Of the 140,000 men and women who develop colorectal cancer each year, 40,000 will succumb to this disease.
While there’s no proven, completely fail proof method of cancer prevention, there are ways in which you can reduce your risk. One of these methods is by identifying your personal risk factors and making changes to lower these factors.
At Texarkana Emergency Center, we want our patients to be completely informed about their personal risk. Keep reading to learn more about risk factors you should be considering during this Colorectal Cancer Awareness Month.
- Diet. Having a diet with lots of red meats, like pork, beef and lamb, can significantly increase your risk of colorectal cancer. Eating meats that are overly processed, like hot dogs and chorizo, has also been shown to have adverse effects. Try to stick with lean, white meats, like chicken and fish, and save the hotdogs for a ballpark game.
- Smoking. It’s no surprise that colorectal cancer can be caused by smoking, especially considering how smoking can leave carcinogenic tobacco byproducts in your body’s tissues. It also increases your risk for a whole other host of cancers including lung, throat, breast and others. Stay away from e-cigarettes, or “vaping,” and smoking hookah as well. They’re also incredibly harmful. Visit this page to find resources on how you can quit smoking.
- Physical Inactivity and Obesity. Those who are significantly overweight or obese for most of their lives have an increased risk, especially if you have a large waistline. Being obese and having minimum physical activity seems to affect men more than women in terms of risk, but it can raise your chances no matter your gender.
- Gender. Men are more likely to develop colorectal cancer than women. While this isn’t something you can change as easily as your diet, knowing that you may be at an increased risk allows you to formulate the most effective long term health plan for you.
- Heavy Alcohol Use. If you enjoy the occasional glass of red wine, there’s no need to worry, but heavy alcohol use can significantly increase your personal risk. For men, this means 3 or more drinks at least a few times each week. For women, 2 or more drinks at least a few times each week. If you’re concerned, discuss your alcohol intake with your physician.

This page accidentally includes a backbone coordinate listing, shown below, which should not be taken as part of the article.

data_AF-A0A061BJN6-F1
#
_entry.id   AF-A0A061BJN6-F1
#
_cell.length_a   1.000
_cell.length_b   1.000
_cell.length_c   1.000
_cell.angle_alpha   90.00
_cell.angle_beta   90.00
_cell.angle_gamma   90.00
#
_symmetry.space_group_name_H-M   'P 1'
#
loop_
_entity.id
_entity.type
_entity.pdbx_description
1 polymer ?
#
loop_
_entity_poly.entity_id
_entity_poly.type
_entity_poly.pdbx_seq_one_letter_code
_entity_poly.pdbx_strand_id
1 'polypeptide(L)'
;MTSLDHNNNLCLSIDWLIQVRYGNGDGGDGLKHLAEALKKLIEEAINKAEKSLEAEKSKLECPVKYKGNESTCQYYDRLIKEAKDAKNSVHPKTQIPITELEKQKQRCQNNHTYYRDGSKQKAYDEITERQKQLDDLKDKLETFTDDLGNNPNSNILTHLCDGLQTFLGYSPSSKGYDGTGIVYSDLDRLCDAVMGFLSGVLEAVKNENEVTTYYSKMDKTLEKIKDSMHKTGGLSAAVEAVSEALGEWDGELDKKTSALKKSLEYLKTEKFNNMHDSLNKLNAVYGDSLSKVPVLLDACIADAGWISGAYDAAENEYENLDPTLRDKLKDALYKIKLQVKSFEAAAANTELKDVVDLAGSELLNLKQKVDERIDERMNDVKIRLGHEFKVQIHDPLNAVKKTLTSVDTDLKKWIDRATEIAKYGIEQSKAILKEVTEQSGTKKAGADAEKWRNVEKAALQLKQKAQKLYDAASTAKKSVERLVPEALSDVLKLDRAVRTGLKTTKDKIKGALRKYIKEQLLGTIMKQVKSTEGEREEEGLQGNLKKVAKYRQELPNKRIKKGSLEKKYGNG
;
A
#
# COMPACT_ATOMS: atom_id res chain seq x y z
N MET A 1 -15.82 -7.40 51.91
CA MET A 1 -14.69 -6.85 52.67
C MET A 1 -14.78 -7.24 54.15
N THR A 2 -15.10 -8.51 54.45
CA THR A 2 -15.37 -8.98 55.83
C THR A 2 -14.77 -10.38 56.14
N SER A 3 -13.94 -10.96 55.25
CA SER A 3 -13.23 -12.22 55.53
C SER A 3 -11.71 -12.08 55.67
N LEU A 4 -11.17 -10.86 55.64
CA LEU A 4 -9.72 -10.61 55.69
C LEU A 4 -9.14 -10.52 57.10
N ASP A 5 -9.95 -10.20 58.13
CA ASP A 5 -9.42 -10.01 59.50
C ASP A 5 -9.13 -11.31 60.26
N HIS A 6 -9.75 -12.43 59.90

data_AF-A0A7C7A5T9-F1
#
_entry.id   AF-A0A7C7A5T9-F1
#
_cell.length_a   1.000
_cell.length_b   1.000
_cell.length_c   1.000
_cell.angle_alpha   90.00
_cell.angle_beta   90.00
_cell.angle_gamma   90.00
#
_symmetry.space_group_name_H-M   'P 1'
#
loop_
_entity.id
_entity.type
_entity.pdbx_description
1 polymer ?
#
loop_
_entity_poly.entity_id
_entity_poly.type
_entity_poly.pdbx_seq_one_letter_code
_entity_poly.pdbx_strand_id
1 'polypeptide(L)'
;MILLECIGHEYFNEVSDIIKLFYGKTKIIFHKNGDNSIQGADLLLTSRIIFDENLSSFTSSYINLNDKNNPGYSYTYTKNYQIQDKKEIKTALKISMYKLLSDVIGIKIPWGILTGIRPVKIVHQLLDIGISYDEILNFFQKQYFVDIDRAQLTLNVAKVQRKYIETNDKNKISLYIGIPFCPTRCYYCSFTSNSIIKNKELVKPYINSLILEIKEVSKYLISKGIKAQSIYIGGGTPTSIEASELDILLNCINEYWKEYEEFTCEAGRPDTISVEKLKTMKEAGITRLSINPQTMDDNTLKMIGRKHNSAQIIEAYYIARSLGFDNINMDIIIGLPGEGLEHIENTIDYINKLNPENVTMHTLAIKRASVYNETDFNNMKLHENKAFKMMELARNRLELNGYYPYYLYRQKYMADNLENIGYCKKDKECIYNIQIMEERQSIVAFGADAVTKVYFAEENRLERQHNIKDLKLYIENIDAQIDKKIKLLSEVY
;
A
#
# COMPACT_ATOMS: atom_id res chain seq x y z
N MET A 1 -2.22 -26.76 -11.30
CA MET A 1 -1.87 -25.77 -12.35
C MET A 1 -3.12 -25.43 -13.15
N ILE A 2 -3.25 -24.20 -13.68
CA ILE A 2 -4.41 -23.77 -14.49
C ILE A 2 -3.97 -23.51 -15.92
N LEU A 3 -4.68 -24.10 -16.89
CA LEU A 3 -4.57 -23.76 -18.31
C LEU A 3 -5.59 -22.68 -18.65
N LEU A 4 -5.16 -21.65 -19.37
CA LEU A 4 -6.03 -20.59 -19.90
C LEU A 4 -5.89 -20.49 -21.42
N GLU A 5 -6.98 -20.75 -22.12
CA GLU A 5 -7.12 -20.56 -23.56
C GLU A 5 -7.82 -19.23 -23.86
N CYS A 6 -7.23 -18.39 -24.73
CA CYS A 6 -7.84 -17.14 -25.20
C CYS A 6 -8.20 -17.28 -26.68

- Family History & Inherited Mutations. Most people diagnosed with colorectal cancer won’t have any family history, but as many as 1 in 5 individuals diagnosed with this disease will. It’s important to learn more about your familial risk – any direct relation, like a mother, father, sister or brother, should be a reason for concern, especially if they’re diagnosed before they’re 45 years old. In some cases, around 5 – 10% of all colorectal cancers, the individual has an inherited gene mutation that causes the cancer. The most common of these mutations are Familial Adenomatous Polyposis (FAP) and Lynch Syndrome (hereditary non-polyposis colorectal cancer, or HNPCC). These mutations tend to cause cancers early in life so it’s important to discuss any concerns you have with your physician, no matter your age.
It’s important to remember that these are only risk factors and many individuals have one or more of these and never develop colorectal cancer. Reducing your risk of this disease is beneficial to your total health and well-being, not just in preventing colorectal cancer.
Want to learn more about personal risk and prevention? Visit this link.
Nutex Health, Inc. supports you and your family’s health. Come visit Texarkana Emergency Center or any one of our concierge-level freestanding facilities for the emergency care you deserve, 24 hours a day, 365 days a year.